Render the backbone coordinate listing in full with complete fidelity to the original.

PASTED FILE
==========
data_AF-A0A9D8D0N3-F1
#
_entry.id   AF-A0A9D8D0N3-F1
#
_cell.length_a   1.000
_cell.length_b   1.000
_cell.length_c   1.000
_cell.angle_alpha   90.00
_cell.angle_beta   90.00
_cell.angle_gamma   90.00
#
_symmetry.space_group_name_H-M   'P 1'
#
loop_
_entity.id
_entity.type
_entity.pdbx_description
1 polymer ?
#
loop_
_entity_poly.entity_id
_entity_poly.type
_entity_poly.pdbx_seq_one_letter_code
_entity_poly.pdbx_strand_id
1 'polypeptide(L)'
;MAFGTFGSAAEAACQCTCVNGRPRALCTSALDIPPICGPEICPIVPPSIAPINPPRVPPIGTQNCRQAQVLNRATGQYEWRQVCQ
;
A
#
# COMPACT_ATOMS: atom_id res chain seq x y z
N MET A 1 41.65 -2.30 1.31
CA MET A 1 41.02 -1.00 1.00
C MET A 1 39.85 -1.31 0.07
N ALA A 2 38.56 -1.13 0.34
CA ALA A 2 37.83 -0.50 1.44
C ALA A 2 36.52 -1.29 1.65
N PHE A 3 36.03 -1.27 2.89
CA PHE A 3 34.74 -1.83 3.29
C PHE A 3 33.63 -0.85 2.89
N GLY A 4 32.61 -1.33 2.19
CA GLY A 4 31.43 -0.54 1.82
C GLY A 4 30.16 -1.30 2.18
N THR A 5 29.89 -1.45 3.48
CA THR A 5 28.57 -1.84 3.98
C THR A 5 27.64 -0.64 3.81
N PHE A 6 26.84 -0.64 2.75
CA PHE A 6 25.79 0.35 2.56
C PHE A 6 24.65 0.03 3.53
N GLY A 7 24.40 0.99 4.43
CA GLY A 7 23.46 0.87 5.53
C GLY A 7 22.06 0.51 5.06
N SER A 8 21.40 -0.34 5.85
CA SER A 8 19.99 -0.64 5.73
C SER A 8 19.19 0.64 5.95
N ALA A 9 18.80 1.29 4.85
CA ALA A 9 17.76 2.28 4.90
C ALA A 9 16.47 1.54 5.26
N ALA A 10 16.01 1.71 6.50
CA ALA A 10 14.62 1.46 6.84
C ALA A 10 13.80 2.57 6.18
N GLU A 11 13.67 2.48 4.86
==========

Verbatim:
data_AF-A0A9D8D0N3-F1
#
_entry.id   AF-A0A9D8D0N3-F1
#
_cell.length_a   1.000
_cell.length_b   1.000
_cell.length_c   1.000
_cell.angle_alpha   90.00
_cell.angle_beta   90.00
_cell.angle_gamma   90.00
#
_symmetry.space_group_name_H-M   'P 1'
#
loop_
_entity.id
_entity.type
_entity.pdbx_description
1 polymer ?
#
loop_
_entity_poly.entity_id
_entity_poly.type
_entity_poly.pdbx_seq_one_letter_code
_entity_poly.pdbx_strand_id
1 'polypeptide(L)'
;MAFGTFGSAAEAACQCTCVNGRPRALCTSALDIPPICGPEICPIVPPSIAPINPPRVPPIGTQNCRQAQVLNRATGQYEWRQVCQ
;
A
#
# COMPACT_ATOMS: atom_id res chain seq x y z
N MET A 1 41.65 -2.30 1.31
CA MET A 1 41.02 -1.00 1.00
C MET A 1 39.85 -1.31 0.07
N ALA A 2 38.56 -1.13 0.34
CA ALA A 2 37.83 -0.50 1.44
C ALA A 2 36.52 -1.29 1.65
N PHE A 3 36.03 -1.27 2.89
CA PHE A 3 34.74 -1.83 3.29
C PHE A 3 33.63 -0.85 2.89
N GLY A 4 32.61 -1.33 2.19
CA GLY A 4 31.43 -0.54 1.82
C GLY A 4 30.16 -1.30 2.18
N THR A 5 29.89 -1.45 3.48
CA THR A 5 28.57 -1.84 3.98
C THR A 5 27.64 -0.64 3.81
N PHE A 6 26.84 -0.64 2.75
CA PHE A 6 25.79 0.35 2.56
C PHE A 6 24.65 0.03 3.53
N GLY A 7 24.40 0.99 4.43
CA GLY A 7 23.46 0.87 5.53
C GLY A 7 22.06 0.51 5.06
N SER A 8 21.40 -0.34 5.85
CA SER A 8 19.99 -0.64 5.73
C SER A 8 19.19 0.64 5.95
N ALA A 9 18.80 1.29 4.85
CA ALA A 9 17.76 2.28 4.90
C ALA A 9 16.47 1.54 5.26
N ALA A 10 16.01 1.71 6.50
CA ALA A 10 14.62 1.46 6.84
C ALA A 10 13.80 2.57 6.18
N GLU A 11 13.67 2.48 4.86